How to Learn a Healthy Way to Speak

Photo by Joanie Simon

Photo by Joanie Simon

We were designed to speak words of life that build up others, bring healing, and offer encouragement. In other words, our goal is to speak health-giving words.  

Wholesome words can speak deep encouragement and worth into people and ultimately change both our own destiny and the destiny of others.

When I feel the impetus to deliver harsh or ugly words, I focus my attention on God. I tell him what’s going on, get honest about pain, and ask him to comfort me. He woos me away from using words as weapons, and speaks tender health-giving words of life into me, which I am then able to pass onto other people.

I’m not saying I get this right every time. I certainly have my fair share of word vomit and destructive declarations. But, what I do know is God helps me speak words of life to myself and to others.


God’s words, because they are perfect, are excellent material to know and use for proactively speaking blessings.

The words of the Lord are FLAWLESS, like silver purified in a crucible, like gold refined seven times.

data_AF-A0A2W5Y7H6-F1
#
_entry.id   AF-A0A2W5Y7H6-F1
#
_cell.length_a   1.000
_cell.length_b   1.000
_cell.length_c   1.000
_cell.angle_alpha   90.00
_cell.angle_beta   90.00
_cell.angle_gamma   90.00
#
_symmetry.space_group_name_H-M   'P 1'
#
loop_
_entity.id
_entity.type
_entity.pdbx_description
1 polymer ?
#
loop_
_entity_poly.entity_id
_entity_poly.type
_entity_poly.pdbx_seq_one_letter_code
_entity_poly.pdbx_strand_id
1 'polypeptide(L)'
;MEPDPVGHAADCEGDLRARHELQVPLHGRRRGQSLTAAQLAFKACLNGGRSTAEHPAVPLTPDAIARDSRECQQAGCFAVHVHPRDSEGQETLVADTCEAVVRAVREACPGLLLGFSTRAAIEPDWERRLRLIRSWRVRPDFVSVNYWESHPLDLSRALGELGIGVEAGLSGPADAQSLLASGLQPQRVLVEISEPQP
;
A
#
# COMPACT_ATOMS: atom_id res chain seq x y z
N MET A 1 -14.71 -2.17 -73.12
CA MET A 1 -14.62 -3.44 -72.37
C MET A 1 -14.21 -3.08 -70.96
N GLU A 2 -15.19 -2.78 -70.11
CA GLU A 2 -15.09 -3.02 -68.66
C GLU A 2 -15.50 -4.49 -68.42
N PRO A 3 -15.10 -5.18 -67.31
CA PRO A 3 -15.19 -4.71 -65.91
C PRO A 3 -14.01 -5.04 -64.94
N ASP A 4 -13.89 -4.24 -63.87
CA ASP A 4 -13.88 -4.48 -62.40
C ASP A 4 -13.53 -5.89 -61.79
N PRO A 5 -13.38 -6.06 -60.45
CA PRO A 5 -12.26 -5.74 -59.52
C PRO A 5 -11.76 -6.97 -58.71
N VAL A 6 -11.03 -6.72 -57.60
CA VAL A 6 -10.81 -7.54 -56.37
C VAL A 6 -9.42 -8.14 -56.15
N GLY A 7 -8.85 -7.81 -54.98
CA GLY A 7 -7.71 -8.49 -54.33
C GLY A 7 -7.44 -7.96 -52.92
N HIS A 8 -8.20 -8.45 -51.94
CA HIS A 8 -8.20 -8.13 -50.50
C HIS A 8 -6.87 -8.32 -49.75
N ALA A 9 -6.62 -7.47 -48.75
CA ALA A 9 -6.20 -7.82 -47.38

God’s words call us to a higher standard for our own words: to use them for blessing not cursing, for speaking life not death, for encouraging not discouraging, for building up not tearing down.

Choosing health-giving words meant making some changes and choosing to actively tame my tongue.

When I started to intentionally watch my words, I essentially learned an entirely new dialect and adopted a new way of speaking about myself, others, and life in general. “This sucks” was a “go-to” for me. “Today is going to be amazing!” felt more difficult. Word vomiting came easily and being slow to speak was a definite learning curve.


This is what the change looks like:

— Refraining from speaking at times when I really want to say something nasty. Cursing others doesn’t remove our pain; it only adds to it.  

— Choosing to speak kind words about a person, even when I feel the total opposite about them. I believe this is different from being fake.

— Refusing to simmer on ugly thoughts about people who have hurt me. That only makes it easier for nasty words to come out later at inconvenient moments.

— Actively speaking positively about people who have hurt me. Even if it means finding one small thing about them I like — their hair, for example.

— Refusing to curse myself. And when I am able to catch myself, stopping to speak blessing out loud over myself instead: “I’m smart!”  “I have a great body!” “I have a future!”

— Catching myself and bringing to a halt complaints about life’s circumstances. Instead, I think of something I am grateful for, even if it is just one thing like “I got to take a walk outside today!” or “I am grateful I had a hot shower today!”

How about for you? From the list above, choose one way you can change your own word vomit into healthy speech.